Publishers Weekly - Publisher's Weekly
Despite her wordy presentation, Climo brings an unmistakable verve to this retelling of a Norse myth. Opening passages set the story in context, introducing the various gods and goddesses before describing the theft of thunder god Thor's magic hammer. Overcome with foot-stamping fury, Thor accuses prankster Loki of the crime, but Loki guesses that a giant is the culprit and flies to the giants' icy land. His instincts proven correct, he negotiates a bargain with Thrym the Frost King: the return of the hammer in exchange for Freya, goddess of beauty. An unlikely scene of cross-dressing follows, and all ends happily with Thor reunited with his precious tool. The artwork is alternately ethereal and solid, expressing mythic undertones as well as Climo's modern voice. Dark humor resonates, most noticeably in the frequent sneers that suggest that being a god is not all fun and games. Ages 6-10. (Mar.)
Children's Literature - Deborah Zink Roffino
Impressive, expressive artwork offers insight into Viking life. Mighty Thor has his thundering hammer snatched by Thrym, The Frost King who rules a frozen world of giants. In this picture book, the thief offers to return the pilfered hammer in exchange for marriage to the beautiful Freya, goddess of love. In a preposterous but appealing plot, Thor is disguised as the bride and retrieves his source of power.
Children's Literature - Dr. Judy Rowen
Thor's hammer, which brings thunder, has been stolen. Loki, the trickster, is certain that Thrym, the frost giant, is the thief. He plots to retrieve the hammer and thus return harmony to Asgard, the home of the gods. Thrym strikes a bargain to surrender his booty in exchange for Freya, the Goddess of Love. Loki outwits him, and Thor is reunited with his beloved hammer-but Loki has the last laugh. Gorgeous paintings convey the majesty and unique personalities of the Norse gods.
School Library Journal - School Library Journal
Gr 2-5-Evocative writing and dynamic full-color illustrations bring this Norse myth to life. When Thor's magical hammer is stolen, the trickster Loki goes in search of it and discovers the thief is none other than Thrym, king of the frost giants. He is unwilling to trade the hammer for anything other than the hand of the beautiful goddess Freya in marriage. After Freya refuses to consider such a proposal, Loki convinces Thor to shave his beard and disguise himself as the bride-to-be. The moment his hammer is safely back in his hand, Thor reveals his true identity and strikes the giant down with a thunderbolt. Climo's top-notch retelling relishes the humor inherent in Thor-that epitome of masculinity-pretending to be a woman. Koshkin draws unevenly upon a variety of influences from the art world: frescoes found in the early Christian cloisters, illuminated manuscripts, symbolist paintings, and even Japanese wood engravings. But ultimately, his exotic acrylic-wash illustrations, with their rich palette of reds and golds, possess a luxuriousness that is somehow appropriate for this story. Overall, an accessible introduction to Norse mythology for children who might otherwise think they are too old for picture books.-Denise Anton Wright, Illinois State University, Normal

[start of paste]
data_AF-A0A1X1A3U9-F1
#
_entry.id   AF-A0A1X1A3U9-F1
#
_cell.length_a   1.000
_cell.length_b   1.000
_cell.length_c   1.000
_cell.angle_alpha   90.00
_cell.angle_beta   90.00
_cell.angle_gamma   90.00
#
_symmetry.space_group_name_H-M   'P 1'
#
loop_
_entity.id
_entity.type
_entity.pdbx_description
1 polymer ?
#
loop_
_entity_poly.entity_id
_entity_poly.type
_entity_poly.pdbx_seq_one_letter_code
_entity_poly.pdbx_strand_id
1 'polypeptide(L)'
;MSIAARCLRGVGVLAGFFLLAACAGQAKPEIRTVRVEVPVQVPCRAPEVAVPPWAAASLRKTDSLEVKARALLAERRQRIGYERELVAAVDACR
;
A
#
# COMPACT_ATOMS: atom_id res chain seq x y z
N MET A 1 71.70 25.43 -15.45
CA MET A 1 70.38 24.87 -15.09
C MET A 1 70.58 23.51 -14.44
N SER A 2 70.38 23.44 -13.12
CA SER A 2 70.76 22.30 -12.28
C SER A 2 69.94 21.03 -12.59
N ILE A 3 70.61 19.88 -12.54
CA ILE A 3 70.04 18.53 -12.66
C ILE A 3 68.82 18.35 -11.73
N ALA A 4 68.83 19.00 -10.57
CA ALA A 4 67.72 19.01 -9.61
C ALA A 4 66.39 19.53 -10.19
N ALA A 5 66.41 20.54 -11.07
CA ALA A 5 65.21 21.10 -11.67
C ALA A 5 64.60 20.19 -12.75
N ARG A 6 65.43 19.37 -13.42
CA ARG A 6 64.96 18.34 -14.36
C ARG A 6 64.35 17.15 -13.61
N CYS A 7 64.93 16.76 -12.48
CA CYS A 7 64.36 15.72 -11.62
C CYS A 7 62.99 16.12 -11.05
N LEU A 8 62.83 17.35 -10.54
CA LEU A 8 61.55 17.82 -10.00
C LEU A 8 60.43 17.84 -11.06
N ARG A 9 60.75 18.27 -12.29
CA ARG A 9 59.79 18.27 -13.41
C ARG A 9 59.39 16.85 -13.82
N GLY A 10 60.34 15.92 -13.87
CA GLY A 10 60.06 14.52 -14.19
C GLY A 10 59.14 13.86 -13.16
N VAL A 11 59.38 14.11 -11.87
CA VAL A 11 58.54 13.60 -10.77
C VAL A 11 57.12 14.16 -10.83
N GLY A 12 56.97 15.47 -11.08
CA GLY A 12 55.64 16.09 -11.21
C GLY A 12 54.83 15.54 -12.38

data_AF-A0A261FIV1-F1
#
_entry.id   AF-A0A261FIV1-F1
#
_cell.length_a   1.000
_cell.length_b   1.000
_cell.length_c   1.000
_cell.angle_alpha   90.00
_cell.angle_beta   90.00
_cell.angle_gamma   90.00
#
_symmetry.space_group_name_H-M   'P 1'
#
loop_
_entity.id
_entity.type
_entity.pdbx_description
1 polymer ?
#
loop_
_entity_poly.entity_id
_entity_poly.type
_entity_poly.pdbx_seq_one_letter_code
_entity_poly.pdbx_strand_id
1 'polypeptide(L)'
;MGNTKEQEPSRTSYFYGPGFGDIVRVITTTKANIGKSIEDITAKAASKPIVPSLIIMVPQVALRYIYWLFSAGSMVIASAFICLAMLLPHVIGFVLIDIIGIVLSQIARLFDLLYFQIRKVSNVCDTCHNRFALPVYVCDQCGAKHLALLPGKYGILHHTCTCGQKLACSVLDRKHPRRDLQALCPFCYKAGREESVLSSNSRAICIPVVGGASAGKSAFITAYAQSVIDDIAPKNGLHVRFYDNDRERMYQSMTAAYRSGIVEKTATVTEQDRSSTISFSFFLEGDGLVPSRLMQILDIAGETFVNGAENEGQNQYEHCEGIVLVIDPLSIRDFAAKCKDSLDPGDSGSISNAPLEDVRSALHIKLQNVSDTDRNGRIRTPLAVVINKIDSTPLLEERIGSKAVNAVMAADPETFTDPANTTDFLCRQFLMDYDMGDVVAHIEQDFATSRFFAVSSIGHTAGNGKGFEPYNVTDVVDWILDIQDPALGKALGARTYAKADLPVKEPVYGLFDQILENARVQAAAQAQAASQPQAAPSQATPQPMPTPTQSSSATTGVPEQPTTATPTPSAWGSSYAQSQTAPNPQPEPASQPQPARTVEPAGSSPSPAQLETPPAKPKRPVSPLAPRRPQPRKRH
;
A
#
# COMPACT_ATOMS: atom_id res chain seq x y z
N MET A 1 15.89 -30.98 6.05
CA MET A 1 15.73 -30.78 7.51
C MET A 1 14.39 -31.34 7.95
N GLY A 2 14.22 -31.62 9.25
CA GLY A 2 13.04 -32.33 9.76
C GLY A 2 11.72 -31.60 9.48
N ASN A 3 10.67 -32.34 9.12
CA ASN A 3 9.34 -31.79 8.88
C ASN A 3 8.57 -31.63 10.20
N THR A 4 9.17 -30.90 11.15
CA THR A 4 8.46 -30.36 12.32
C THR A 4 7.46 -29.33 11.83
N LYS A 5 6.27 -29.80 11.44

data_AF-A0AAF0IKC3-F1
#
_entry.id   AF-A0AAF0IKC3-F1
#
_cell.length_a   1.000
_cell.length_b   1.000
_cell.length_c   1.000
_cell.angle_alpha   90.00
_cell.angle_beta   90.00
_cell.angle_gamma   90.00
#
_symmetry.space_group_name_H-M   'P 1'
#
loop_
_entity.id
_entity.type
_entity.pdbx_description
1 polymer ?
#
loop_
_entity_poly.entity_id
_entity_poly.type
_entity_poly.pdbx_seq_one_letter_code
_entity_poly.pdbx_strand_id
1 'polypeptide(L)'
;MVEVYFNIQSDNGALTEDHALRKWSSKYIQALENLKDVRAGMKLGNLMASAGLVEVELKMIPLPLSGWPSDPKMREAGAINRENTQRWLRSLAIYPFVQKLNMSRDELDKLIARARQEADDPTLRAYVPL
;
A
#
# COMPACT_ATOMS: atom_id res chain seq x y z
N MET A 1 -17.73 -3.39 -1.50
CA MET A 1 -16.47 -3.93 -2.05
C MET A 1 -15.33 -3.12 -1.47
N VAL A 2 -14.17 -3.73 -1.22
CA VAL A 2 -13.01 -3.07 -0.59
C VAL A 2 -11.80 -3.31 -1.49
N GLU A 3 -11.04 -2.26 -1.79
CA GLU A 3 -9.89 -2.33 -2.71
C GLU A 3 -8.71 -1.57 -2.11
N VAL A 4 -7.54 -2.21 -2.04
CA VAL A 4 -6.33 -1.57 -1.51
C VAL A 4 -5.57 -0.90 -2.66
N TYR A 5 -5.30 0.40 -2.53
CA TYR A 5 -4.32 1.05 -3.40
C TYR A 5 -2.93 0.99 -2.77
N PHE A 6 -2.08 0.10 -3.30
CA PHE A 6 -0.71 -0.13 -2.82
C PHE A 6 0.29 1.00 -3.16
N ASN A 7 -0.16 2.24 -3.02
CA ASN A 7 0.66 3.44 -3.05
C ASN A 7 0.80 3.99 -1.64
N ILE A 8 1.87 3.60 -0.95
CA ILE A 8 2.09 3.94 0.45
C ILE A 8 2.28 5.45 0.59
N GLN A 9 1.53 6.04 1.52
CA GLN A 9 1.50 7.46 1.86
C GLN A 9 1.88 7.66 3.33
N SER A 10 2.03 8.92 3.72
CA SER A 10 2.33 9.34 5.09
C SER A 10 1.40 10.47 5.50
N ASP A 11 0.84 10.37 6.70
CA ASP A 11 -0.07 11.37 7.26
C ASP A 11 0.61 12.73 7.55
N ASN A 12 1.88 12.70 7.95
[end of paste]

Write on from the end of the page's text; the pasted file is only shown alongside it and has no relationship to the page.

ger for reading aloud. In this spirited Norse myth, a conflict rages between two larger-than-life characters. Thor, the most powerful god, who makes thunder with his magic hammer, Mjolnir, lives with the other gods high in the sky in Asgard. Thrym, the Frost King, lives in Jotunheim at the edge of the earth with the other giants. When Thrym slyly steals Mjolnir, a furious Thor sends the artful Loki to find the hammer. Wearing the special falcon cloak of Freya, the goddess of love, Loki flies down to Thrym and dupes Thrym into a bargain: Freya for Mjolnir. Thor and Freya are horrified, but clever Loki proposes that Thor dress up as the bride. Thor, after feasting heavily enough to raise eyebrows, grabs back the magic hammer just before Thrym tries to kiss the bride, and felling the stunned Thrym, the Thunder-maker quickly exits, forcing Loki into silence about the dress-up escapade that led to their success. Climo carefully sets the stage, establishing setting and characters. Her dramatic text, jammed with snappy dialogue and colorful emotions, is framed in gold. The lovely full- and half-page paintings, also neatly framed, heighten both the distinctive characters and the fast-moving plot. An excerpt from Longfellow's "The Challenge of Thor" is included at the story's end. Although shorter in plot than many retellings, this book is a gem, guaranteed to spark interest in mythology. Use as a read-aloud and as a resource for mythology units and recommend it for pleasure reading.